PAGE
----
So, I have a bellyache and my creative title generator isn’t working too well. Thus, “Logjam in Beaverville” was the best I could muster. It sucks, I know, but I’m amusing myself, which is the stated purpose of this blog. In any event, the title refers to the total domination of the Oregon State Beavers by the #19 Penn State Nittany Lions on Saturday last. The final score was 45-14, and to use my oft-abused hack sports writer cliche, it wuddn’t that close.
Evan Royster had a career day, running for 141 yards on 17 carries and three TDs. Daryll Clark looked sharp, too, going 14-23 for 215 yards and two TDs and no INTs. Clark also ran the ball five times for 61 yards, looking much like Michael Robinson in 2005. In all, the Nittany Lions rung up 454 all-purpose yards. On the strength of this performance, the Lions rose to #17 in the AP Poll.
Jordan Norwood reeled in eight passes, which moved him past O. J. McDuffie on Penn State’s all-time list.
Josh Hull and Mark Rubin both had interceptions and both were career firsts.
The game started with a flubbed kickoff by Kevin Kelly, which put the Beavers on the 40 yard-line. Fortunately, it was his last awful kick of the day. After Oregon State couldn’t move the ball, they kicked and in so doing returned the favor with a shanked, 18-yard punt.
Oregon State’s running game stayed grounded against the depleted Penn State front four, which would become more depleted as the day progressed. Still, star rusher Jacquizz Rogers mustered 91 yards and two touchdowns.
The Nittany Lions ran at will against what was last year’s #1 rush defense. However, the Beavers had to replace the entire front seven, so the defense did not resemble what they had on the field last year.
Penn State lost the ball only once, a heartbreaker for Evan Royster as he fumbled close to the goal line. Otherwise, the Lions were perfect.
Close to perfect, that is. Alas, they were not perfect on the injury front, losing Jerome Hayes for the season with a torn ACL in his right knee on a punt return in the fourth quarter. Hayes just returned from rehabbing his left knee, which was injured last season.
We TV viewing fans did not get to witness the Hayes injury, as ABC decided to cut away in the fourth quarter to the Oklahoma game, which also wound up not close. I expressed my discontent over this travesty of TV coverage in a prior post.
So, was this the Spread HD? I think we saw some of what it has to offer. Joe and Jay seemed to open it up a bit after the Coastal Carolina game. There was a big difference in one area—using Daryll Clark in the running game.
What was Jay Paterno doing down in the coaches’ huddle on the sideline close to the end of the first half? In the second half, the camera found him in his usual position upstairs in the booth.
We promised you a guest reporter, and you will have a guest reporter. You’ll recall that Sacajawea, a Shoshone, was one of the first and foremost Oregonians. She was an indispensable helper for Lewis & Clark in their search for the Northwest Passage. Sacajawea spoke English, French, and Shoshone and she wore cool looking buckskin dresses. Clark affectionately named her “Janey.”
Sacajawea was said to have died in 1812, but then a woman died in 1884 in Wyoming who many people believed was the real Sacajawea. Well, we probed a bit and found the elderly Janey actually still living amongst the Seminoles at the Micosukee Reservation behind the casino in Hollywood, Florida. She is getting a little old, slightly over 220, but she still sparkles with the determination and humor that got her through those many thousands of miles with the Lewis & Clark expedition and made her an icon for the Women’s Suffrage Movement in the early 20th century. She gave us some Sacajawea dollars as souvenirs of our visit.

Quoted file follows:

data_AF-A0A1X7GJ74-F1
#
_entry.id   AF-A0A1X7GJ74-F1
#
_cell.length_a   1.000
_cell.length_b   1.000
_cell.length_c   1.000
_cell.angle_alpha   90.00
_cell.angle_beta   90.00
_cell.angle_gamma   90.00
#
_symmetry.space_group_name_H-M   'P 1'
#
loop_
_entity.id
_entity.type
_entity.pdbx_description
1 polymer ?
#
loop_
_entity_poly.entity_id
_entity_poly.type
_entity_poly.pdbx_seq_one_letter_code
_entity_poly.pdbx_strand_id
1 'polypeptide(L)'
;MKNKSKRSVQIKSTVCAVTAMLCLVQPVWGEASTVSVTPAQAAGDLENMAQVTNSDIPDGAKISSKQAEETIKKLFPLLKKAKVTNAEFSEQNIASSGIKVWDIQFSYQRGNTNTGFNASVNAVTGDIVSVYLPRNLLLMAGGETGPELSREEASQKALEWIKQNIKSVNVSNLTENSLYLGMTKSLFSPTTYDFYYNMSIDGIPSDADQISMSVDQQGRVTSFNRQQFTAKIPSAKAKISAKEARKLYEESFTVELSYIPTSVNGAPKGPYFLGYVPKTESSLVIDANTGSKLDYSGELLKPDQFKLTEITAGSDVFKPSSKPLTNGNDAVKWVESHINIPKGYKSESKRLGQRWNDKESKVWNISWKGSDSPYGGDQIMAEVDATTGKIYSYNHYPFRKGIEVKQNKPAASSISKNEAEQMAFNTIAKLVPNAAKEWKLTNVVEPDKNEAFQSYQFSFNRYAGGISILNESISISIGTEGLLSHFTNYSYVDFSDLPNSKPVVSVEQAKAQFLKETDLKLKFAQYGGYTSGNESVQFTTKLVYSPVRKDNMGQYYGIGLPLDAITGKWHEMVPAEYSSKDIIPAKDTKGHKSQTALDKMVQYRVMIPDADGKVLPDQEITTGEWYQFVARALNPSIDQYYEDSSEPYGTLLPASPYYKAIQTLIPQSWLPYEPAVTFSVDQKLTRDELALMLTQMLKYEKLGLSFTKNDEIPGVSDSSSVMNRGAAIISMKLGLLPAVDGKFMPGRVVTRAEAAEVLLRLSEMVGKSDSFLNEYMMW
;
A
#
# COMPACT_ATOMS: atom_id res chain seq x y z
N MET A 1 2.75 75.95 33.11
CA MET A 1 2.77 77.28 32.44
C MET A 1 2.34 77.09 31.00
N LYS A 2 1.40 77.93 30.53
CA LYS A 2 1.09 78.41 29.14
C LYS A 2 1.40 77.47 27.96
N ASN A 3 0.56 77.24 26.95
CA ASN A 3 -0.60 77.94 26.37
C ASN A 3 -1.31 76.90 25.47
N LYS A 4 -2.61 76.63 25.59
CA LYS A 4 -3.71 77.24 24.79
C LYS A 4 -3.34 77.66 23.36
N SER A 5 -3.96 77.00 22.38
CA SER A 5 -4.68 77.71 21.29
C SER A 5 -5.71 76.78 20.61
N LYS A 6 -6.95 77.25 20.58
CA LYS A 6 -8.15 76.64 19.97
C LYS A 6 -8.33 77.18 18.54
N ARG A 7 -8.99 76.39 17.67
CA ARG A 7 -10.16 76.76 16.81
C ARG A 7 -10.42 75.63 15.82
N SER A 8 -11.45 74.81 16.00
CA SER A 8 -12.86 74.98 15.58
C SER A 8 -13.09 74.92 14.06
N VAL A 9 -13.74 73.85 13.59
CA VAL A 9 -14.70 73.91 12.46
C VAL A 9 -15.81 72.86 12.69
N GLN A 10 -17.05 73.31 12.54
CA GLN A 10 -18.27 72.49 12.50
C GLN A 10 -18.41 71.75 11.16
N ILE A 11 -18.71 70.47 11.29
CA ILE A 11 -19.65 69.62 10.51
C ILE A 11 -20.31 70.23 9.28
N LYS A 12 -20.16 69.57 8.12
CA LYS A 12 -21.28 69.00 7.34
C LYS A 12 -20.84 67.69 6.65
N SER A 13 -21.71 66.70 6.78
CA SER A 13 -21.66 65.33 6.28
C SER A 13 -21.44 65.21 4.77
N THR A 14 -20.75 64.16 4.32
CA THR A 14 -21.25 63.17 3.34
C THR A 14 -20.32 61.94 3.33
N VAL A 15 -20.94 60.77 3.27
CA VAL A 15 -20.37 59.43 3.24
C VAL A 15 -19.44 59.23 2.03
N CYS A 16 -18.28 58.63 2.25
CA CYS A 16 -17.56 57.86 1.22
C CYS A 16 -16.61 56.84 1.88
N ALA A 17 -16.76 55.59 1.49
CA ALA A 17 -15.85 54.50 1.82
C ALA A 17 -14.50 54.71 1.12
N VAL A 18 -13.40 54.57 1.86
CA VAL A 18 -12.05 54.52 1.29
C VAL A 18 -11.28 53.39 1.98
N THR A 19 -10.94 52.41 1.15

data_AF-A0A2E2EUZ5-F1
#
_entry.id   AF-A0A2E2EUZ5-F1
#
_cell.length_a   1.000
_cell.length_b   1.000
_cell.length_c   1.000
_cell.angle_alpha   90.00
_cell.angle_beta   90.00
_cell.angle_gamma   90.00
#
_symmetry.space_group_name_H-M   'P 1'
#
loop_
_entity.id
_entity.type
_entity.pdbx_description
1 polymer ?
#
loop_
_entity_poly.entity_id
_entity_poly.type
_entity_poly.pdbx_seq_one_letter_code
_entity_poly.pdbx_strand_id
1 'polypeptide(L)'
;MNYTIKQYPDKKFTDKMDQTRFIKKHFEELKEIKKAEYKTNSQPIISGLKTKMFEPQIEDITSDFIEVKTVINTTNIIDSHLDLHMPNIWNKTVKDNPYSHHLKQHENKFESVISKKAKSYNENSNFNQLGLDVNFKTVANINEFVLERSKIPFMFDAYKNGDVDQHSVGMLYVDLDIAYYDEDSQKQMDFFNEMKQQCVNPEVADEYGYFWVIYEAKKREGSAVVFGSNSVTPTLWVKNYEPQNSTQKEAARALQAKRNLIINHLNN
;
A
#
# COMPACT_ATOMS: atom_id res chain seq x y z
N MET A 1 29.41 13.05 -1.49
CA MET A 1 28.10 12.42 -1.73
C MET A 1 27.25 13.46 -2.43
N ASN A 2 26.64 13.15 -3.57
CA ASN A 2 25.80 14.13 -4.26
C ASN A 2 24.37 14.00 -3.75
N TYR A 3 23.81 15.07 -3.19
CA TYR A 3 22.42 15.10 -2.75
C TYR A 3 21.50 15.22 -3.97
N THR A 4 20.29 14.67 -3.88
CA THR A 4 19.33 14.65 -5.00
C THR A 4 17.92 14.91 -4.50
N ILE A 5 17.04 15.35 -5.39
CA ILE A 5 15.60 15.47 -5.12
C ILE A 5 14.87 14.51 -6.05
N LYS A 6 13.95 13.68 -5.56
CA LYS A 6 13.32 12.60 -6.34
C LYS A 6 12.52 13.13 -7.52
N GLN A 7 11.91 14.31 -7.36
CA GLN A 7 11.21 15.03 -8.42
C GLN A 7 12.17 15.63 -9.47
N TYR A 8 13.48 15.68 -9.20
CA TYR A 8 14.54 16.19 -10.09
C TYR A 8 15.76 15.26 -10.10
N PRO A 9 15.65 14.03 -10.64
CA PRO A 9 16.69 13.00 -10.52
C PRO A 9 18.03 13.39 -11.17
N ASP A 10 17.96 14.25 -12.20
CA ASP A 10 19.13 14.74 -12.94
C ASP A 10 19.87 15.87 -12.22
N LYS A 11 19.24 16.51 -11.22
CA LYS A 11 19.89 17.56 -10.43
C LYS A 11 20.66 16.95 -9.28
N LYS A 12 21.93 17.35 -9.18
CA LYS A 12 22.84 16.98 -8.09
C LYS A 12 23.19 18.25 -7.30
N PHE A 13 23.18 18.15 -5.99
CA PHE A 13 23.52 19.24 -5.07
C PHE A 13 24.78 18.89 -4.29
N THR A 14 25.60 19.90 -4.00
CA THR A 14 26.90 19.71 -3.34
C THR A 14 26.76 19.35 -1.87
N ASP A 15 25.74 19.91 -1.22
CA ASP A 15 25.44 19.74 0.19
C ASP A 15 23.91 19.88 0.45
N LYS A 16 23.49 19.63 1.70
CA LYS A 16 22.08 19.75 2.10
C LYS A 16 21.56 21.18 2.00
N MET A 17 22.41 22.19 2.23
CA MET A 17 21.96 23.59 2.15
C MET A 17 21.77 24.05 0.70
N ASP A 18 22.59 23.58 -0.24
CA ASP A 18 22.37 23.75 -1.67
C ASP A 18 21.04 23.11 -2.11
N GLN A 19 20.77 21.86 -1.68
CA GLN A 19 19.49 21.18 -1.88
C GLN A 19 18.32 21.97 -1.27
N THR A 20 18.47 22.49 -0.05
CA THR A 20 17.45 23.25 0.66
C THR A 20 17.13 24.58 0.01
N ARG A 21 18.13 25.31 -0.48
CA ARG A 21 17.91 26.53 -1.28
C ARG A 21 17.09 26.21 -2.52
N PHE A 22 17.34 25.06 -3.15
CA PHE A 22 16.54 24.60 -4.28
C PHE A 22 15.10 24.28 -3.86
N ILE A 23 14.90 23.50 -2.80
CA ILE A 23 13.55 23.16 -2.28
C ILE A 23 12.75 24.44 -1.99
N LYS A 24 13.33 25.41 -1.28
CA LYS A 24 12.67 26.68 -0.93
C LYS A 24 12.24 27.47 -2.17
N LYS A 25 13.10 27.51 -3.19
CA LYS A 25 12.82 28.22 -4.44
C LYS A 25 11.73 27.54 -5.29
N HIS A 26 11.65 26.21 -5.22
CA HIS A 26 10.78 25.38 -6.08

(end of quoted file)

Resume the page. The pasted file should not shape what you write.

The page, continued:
Janey’s sense of humor is evident in her report. This Turkey asked her what she thought of her fellow Oregonians’ first 18-yard punt, and she replied with the following, which I’ve printed in red. We thought the modern day National Organization for Women (NOW) might particularly like it.
Punts? You want to hear about punts? Oy, I’ll give you already a story about punts!
It was the cold winter of 1804 and I was in the service of Meri and Bill on the Oregon Trail. Being fluent in English, French, and Shoshone, I was tasked with carrying a note containing the supply order to M. Carbonneau’s trading post, many miles away. All those languages—so confusing at times for a Shoshone girl. The order said, “Please have three punts and a canoe ready for us on Tuesday.”
Unfortunately, along the way, a beaver ate the note and I had to hastily scrawl out a copy of the order when I got to my destination. As nightfall was nigh, I quickly dropped off the rewritten order and beat a hasty path back to the boys’ camp. I had a close encounter with a bear, but I was able to rejoin the party, which left the next day for the trading post.
Upon our reaching the trading post the proprietor greeted Lewis & Clark. “Welcome, Lewis and Clark! I was pleased to receive your order, but there is one problem, mes amis. I got you the girls, but what the hell is a ‘panoe’?”
Um, thank you, Janey.
This Turkey will be back with a hopefully relevant write up about the Syracuse game later in the week, possibly, maybe.